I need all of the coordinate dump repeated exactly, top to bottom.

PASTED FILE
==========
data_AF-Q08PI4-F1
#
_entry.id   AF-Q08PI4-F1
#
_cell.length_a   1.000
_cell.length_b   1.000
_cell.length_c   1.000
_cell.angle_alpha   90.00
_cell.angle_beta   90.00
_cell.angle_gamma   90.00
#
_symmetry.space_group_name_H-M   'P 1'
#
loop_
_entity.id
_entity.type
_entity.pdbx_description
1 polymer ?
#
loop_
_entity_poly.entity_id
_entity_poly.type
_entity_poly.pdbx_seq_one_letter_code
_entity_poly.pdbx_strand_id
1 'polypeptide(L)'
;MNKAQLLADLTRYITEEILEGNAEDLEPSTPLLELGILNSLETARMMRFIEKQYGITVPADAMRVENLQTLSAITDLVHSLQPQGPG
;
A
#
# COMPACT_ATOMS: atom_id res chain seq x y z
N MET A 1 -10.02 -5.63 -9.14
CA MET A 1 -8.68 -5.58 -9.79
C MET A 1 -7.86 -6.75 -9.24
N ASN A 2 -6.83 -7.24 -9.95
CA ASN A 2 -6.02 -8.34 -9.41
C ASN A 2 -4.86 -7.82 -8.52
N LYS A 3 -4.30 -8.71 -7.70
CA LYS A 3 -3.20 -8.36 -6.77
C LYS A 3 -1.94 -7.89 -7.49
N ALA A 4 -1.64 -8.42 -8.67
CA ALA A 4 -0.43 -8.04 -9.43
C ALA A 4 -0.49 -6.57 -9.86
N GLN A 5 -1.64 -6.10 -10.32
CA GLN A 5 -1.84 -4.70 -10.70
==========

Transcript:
data_AF-Q08PI4-F1
#
_entry.id   AF-Q08PI4-F1
#
_cell.length_a   1.000
_cell.length_b   1.000
_cell.length_c   1.000
_cell.angle_alpha   90.00
_cell.angle_beta   90.00
_cell.angle_gamma   90.00
#
_symmetry.space_group_name_H-M   'P 1'
#
loop_
_entity.id
_entity.type
_entity.pdbx_description
1 polymer ?
#
loop_
_entity_poly.entity_id
_entity_poly.type
_entity_poly.pdbx_seq_one_letter_code
_entity_poly.pdbx_strand_id
1 'polypeptide(L)'
;MNKAQLLADLTRYITEEILEGNAEDLEPSTPLLELGILNSLETARMMRFIEKQYGITVPADAMRVENLQTLSAITDLVHSLQPQGPG
;
A
#
# COMPACT_ATOMS: atom_id res chain seq x y z
N MET A 1 -10.02 -5.63 -9.14
CA MET A 1 -8.68 -5.58 -9.79
C MET A 1 -7.86 -6.75 -9.24
N ASN A 2 -6.83 -7.24 -9.95
CA ASN A 2 -6.02 -8.34 -9.41
C ASN A 2 -4.86 -7.82 -8.52
N LYS A 3 -4.30 -8.71 -7.70
CA LYS A 3 -3.20 -8.36 -6.77
C LYS A 3 -1.94 -7.89 -7.49
N ALA A 4 -1.64 -8.42 -8.67
CA ALA A 4 -0.43 -8.04 -9.43
C ALA A 4 -0.49 -6.57 -9.86
N GLN A 5 -1.64 -6.10 -10.32
CA GLN A 5 -1.84 -4.70 -10.70